African leaders mandated the AfCFTA Secretariat, the African Union Commission, and the RECs to develop a framework of collaboration to enhance complementarity, synergies, and alignment of programmes and activities to facilitate the effective implementation of the AfCFTA. The negotiation of the AfCFTA is now in phase two which covers investments, intellectual property rights, women and youth in Trade competition policy and digital trade.
It is Mene’s strong conviction that by agreeing on a workable framework which will strengthen the interdependence of RECs on the one hand, and strengthen the cooperation between RECs and the AfCFTA Secretariat on the other hand, “we will be taking steps critical to the success of the AfCFTA.”
“We have already received instructions from the Assembly of Heads of State and Government of the African Union to take all necessary steps to ensure the effective implementation of the AfCFTA, including facilitating commercially meaningful flow of goods and services under the AfCFTA preferential regime, across the continent. We were also instructed to develop a coordinated approach to the implementation of the AfCFTA Agreement, with the existing RECs as building blocks.”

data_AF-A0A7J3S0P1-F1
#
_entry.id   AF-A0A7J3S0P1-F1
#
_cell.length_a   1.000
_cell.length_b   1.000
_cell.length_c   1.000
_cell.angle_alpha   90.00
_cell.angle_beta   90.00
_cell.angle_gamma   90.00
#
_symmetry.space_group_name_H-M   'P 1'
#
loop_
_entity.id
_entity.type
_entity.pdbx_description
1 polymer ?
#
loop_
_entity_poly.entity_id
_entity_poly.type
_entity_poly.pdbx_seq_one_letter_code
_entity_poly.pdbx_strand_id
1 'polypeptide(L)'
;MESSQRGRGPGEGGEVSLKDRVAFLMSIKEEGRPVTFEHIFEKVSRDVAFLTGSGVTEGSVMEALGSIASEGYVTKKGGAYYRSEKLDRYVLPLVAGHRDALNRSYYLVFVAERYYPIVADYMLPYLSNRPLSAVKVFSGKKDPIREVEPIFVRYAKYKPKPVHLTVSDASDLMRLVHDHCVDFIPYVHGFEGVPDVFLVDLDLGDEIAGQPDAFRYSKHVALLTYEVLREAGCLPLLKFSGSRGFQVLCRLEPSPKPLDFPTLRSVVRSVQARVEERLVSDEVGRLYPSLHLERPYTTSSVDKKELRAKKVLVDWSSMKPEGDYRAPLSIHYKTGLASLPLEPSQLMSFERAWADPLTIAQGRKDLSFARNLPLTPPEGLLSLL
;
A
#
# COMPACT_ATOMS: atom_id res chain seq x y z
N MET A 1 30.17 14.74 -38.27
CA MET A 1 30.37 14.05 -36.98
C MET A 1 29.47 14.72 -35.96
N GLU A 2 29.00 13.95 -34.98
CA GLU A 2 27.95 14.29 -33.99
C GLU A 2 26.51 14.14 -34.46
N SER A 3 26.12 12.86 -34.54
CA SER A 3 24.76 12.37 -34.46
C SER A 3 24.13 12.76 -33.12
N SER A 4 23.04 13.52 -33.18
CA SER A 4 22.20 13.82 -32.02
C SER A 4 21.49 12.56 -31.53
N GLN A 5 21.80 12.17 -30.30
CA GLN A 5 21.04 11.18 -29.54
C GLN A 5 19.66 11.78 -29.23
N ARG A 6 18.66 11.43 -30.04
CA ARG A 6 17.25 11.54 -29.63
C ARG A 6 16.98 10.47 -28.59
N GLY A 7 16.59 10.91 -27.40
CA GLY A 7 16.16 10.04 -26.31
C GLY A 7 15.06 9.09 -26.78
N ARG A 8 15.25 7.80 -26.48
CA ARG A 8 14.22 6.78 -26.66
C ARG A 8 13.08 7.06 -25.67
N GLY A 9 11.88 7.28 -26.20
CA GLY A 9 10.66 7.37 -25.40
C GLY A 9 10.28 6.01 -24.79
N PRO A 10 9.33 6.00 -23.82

Peter Mathuki, the EAC Secretary-General, noted that Africa is one of the world’s fastest-growing economies, but trade in goods and services accounts for an estimated 3% of global exports and imports on average.
As noted, the share of Intra African trade remains low: on average, 13% for intra-imports and 20% for intra-exports, while ExtraAfrican trade accounts for more than 80% of the total trade. Africa’s exports to the rest of the world consist of raw materials, such as oil, gas, minerals, and agricultural commodities, with little to no value addition.